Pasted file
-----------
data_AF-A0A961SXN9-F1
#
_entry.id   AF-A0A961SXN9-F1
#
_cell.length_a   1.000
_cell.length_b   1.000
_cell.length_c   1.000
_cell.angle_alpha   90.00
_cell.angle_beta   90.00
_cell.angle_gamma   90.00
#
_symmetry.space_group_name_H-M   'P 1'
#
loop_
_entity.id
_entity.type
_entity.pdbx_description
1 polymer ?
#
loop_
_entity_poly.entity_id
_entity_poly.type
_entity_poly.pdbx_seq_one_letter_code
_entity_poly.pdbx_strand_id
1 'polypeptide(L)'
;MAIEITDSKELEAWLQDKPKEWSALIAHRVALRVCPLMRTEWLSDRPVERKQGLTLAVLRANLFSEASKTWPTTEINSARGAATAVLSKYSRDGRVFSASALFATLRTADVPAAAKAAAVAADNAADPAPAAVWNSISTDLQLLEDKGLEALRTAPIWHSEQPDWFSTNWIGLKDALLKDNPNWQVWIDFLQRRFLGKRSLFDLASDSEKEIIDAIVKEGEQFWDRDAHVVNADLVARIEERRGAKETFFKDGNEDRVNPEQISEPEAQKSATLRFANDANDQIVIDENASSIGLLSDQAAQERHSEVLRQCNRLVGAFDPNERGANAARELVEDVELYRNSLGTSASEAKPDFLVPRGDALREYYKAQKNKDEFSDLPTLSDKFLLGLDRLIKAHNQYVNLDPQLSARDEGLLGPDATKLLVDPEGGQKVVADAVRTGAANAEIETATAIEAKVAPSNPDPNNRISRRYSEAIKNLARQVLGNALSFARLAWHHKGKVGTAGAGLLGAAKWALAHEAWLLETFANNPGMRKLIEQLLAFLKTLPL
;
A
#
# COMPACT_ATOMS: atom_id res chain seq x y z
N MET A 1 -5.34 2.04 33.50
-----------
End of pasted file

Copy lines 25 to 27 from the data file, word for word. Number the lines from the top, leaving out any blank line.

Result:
1 'polypeptide(L)'
;MAIEITDSKELEAWLQDKPKEWSALIAHRVALRVCPLMRTEWLSDRPVERKQGLTLAVLRANLFSEASKTWPTTEINSARGAATAVLSKYSRDGRVFSASALFATLRTADVPAAAKAAAVAADNAADPAPAAVWNSISTDLQLLEDKGLEALRTAPIWHSEQPDWFSTNWIGLKDALLKDNPNWQVWIDFLQRRFLGKRSLFDLASDSEKEIIDAIVKEGEQFWDRDAHVVNADLVARIEERRGAKETFFKDGNEDRVNPEQISEPEAQKSATLRFANDANDQIVIDENASSIGLLSDQAAQERHSEVLRQCNRLVGAFDPNERGANAARELVEDVELYRNSLGTSASEAKPDFLVPRGDALREYYKAQKNKDEFSDLPTLSDKFLLGLDRLIKAHNQYVNLDPQLSARDEGLLGPDATKLLVDPEGGQKVVADAVRTGAANAEIETATAIEAKVAPSNPDPNNRISRRYSEAIKNLARQVLGNALSFARLAWHHKGKVGTAGAGLLGAAKWALAHEAWLLETFANNPGMRKLIEQLLAFLKTLPL
;